Monday, 28 December 2009

Hogfather

My Christmas-themed reading mainly consisted of Hogfather by Terry Pratchett as I have less reading time over the festive period than I had imagined. However, it was the perfect holiday reading as I could pick it up here and there and be amused for forty so pages before eating and being merry and then return to it for a few more pages in those exhausted moments before I fell asleep to dream of Santa.

I have previously waxed lyrical about Pratchett's anthropomorphic personification of Death and how much of a literary achievement I believe it to be. Hogfather concerns other anthropomorphic personifications that are believed in by humans to creatively explain natural and festive occurrences e.g. the Tooth Fairy and Father Christmas, or in this case the Hogfather who delivers gifts on Hogswatch Night on the Disc. However, something entirely non-festive is afoot, the Hogfather is kind of ... dead, and Death is adorned in a red suit, false beard and attempting to say HO. HO. HO. If Death, along with his granddaughter Susan's assistance, doesn't save Hogswatch by impersonating the Hogfather then the sun will not rise the following morning or thereafter.

As always, Pratchett is pithily wise and witty and observes the traditions of Christmas/Hogswatch with an ironic and observed pen. On Christmas Eve I read "The Little Match Girl" by Hans Christian Anderson and then serendipitously came to this section in Hogfather when I resumed reading it afterwards:

'But ... little match girls dying in the snow is part of what the Hogswatch spirit is all about, master,' said Albert desperately. 'I mean, people hear about it and say, "We may be poorer than a disabled banana and only have mud and old boots to eat, but at least we're better off than the poor little match girl," master. It makes them feel happy and grateful for what they've got, see.'


Hogfather is about believing as much as it is about suspending belief and is also a story about storytelling. It was ideal themed reading during the festive period as I was engaged and amused as well as absorbed without being so immersed that I forgot to eat a mince pie or two. I have always maintained that Pratchett makes perfect reading for those in book slumps and recently I haven't been reading as much as normal so it was an ideal choice for Christmas. As I also prepare my review post for the year, I discovered that I have read seven Terry Pratchett books this year (six of the Discworld), which is far more than any other author, so it was also a treat to return to him at the tail-end of the year.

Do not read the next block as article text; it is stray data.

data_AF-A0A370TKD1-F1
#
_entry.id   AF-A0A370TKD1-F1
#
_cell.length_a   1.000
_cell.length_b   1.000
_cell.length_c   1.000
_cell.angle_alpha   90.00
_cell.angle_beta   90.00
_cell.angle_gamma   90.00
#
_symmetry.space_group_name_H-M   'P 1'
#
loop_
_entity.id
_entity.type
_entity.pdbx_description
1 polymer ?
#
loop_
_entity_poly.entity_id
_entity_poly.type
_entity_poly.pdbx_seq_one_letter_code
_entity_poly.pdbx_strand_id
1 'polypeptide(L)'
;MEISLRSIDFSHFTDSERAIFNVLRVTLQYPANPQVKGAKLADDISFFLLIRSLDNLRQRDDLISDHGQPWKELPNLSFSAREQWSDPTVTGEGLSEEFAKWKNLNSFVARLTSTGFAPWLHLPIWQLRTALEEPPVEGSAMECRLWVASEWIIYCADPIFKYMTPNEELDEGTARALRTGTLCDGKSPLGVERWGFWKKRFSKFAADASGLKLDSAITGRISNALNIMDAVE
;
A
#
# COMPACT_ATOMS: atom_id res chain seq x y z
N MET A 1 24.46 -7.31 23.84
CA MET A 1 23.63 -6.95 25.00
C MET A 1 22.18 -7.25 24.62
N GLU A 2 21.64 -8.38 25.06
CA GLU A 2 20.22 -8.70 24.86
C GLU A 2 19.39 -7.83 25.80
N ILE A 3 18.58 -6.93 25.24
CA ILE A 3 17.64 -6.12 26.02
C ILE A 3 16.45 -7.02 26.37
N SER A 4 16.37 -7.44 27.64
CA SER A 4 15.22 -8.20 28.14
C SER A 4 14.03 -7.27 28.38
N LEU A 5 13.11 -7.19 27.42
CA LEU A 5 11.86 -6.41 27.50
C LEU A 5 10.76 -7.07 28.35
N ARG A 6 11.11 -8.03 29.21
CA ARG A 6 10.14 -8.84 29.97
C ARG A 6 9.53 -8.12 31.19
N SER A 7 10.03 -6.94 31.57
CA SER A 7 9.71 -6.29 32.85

A few other examples to demonstrate why this book is read to be jolly fa la la la la la la as Pratchett is so much better described in his own humorous words :

But it was much earlier even than that when most people forgot that the very oldest stories are, sooner or later, about blood. Later on they took the blood out to make the story more acceptable to children, or at least to the people who had to read them to children rather than the children themselves (who, on the whole, are quite keen on blood provided it's being shed by the deserving), and then wondered where the stories went.

The Death of Rats nibbled a bit of pork pie because when you are the personification of small rodents you have to behave in certain ways. He also piddled on one of the turnips for the same reason, although only metaphorically, because when you are a small skeleton in a black robe there are also some things you technically cannot do.

LET'S GET THERE AND SLEIGH THEM. HO. HO. HO.